For more than twenty years, I have been passionate about the benefits that academic expertise can bring to young businesses when correctly harnessed and focused on driving business growth. However, as someone who has been involved on both sides, it can be difficult to engage the right academics – those who have a positive attitude towards developing their expertise commercially – and pairing them with the right companies.

In Scotland, we have become much better at joining our academic and commercial acumen together, thanks in part to Governments north and south of the border seeking to measure the economic impact made by public investment in research. In Scotland, we have also successfully established Interface as the organisation which can marry needs from a business to where academic expertise lies – but we need it to do much more.

We have to provide other stimuli to help businesses innovate through targeted amounts of funding, and competitions which showcase the best that we have, like the Knowledge Exchange Awards, Converge, Scottish Edge, and many others.

With a refreshed Government in place, now is our chance to do even more to help our economy recover from the shock of the Covid shutdown. Summer 2020 saw the publication of two key reports; a review of the Scottish technology ecosystem by Mark Logan, and the Benny Higgins report on Scotland’s economic recovery. These underline the importance of Scotland’s colleges and universities in delivering economic recovery. This summer will see another major report, this time from the Scottish Funding Council, commissioned by Scottish ministers. It will explore how we can achieve coherence and sustainability in the delivery of post-school education during the Covid-19 crisis and beyond, while maintaining and enhancing quality.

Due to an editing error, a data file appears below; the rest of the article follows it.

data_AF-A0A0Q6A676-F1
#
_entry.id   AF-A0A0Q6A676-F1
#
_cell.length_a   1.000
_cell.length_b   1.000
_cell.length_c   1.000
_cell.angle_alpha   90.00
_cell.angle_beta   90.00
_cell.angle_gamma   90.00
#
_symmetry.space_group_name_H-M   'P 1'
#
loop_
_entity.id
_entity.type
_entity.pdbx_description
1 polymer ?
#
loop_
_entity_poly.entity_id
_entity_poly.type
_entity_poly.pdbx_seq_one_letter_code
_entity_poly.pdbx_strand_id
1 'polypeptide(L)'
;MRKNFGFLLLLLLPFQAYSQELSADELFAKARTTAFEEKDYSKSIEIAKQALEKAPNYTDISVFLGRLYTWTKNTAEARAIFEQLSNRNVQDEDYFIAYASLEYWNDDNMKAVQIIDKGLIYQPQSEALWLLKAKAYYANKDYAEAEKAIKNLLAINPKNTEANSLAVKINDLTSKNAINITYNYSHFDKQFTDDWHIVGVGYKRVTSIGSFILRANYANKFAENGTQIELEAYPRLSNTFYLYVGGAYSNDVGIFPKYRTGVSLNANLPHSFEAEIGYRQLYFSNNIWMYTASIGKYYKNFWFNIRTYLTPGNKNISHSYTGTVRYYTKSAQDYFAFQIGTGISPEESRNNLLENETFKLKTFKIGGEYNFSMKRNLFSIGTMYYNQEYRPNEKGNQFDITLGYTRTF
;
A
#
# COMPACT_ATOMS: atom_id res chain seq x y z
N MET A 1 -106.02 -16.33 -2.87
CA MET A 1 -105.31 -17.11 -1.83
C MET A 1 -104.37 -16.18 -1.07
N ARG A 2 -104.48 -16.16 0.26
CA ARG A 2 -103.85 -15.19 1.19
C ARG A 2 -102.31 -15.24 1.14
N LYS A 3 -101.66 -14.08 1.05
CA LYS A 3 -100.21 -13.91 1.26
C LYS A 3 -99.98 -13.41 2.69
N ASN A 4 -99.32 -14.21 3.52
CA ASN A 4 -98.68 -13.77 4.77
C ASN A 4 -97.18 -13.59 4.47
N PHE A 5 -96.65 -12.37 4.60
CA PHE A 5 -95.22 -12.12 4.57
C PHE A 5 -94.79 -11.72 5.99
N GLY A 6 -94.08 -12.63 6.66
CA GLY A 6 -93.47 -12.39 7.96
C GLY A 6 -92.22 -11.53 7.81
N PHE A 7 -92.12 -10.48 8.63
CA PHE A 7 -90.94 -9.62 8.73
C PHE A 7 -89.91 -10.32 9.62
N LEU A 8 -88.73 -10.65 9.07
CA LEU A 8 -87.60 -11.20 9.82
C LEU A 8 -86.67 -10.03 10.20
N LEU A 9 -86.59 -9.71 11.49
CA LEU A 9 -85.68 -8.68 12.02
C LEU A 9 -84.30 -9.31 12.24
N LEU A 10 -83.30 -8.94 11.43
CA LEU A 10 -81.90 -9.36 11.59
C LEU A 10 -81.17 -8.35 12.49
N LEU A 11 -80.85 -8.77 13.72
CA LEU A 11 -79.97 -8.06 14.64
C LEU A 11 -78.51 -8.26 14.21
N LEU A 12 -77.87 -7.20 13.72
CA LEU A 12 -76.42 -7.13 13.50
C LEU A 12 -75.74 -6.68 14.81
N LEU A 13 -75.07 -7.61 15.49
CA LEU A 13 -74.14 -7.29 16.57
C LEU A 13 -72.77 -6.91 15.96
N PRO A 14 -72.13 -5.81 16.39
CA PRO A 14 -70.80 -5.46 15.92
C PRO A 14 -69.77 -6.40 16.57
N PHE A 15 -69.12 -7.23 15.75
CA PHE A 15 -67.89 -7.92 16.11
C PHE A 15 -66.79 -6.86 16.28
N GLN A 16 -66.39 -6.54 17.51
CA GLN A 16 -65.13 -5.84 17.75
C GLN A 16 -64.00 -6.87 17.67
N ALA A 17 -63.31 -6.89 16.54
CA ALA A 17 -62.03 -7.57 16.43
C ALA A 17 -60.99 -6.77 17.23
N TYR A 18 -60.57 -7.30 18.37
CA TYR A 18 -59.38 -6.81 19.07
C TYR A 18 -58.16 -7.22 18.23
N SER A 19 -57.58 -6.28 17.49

Taking the Higgins and Logan reports together, it is clear that there is a huge opportunity for colleges and universities to position themselves as key contributors to economic recovery, building the bridge between academia and business and making a real difference to Scotland’s future by generating a culture of entrepreneurship and innovation.

In particular, Logan noted “Education is so important to the eco-system. For example, increasing the funding available to start-ups won’t make much difference to outcomes if the competence doesn’t exist within the eco-system to build businesses that are capable for putting that capital to good use.”

However, the Logan report encourages us to think beyond existing frameworks and consider whether colleges and universities could be doing more to develop the current and future generation of entrepreneurs. It asks three fundamental questions: Firstly, are universities producing the right number of graduates in the disciplines we need to support the future of our technology eco-system? Secondly, are those graduates also being equipped with the right entrepreneurial skills so that they have the right attributes to create or join a start-up? And finally; how can we improve not only the rate but also the viability of university spin-outs?

Business needs to articulate and communicate what skills are needed going forwards, and our young entrepreneurs need tangible and flexible support to establish and to grow their businesses.

The IoD stands ready to help through establishing a closer partnership with our universities and colleges, helping to embed the business skills necessary in the entrepreneurs of tomorrow. This will be done through our branches to provide local support to our institutions, providing mentoring and development case-studies as a part of the undergraduate learning experience.

Scotland needs to produce more flourishing businesses to rebuild our economy, and this requires long-term investment by all parties to embed their success effectively.

Douglas Mundie is a member of IoD Scotland’s advisory board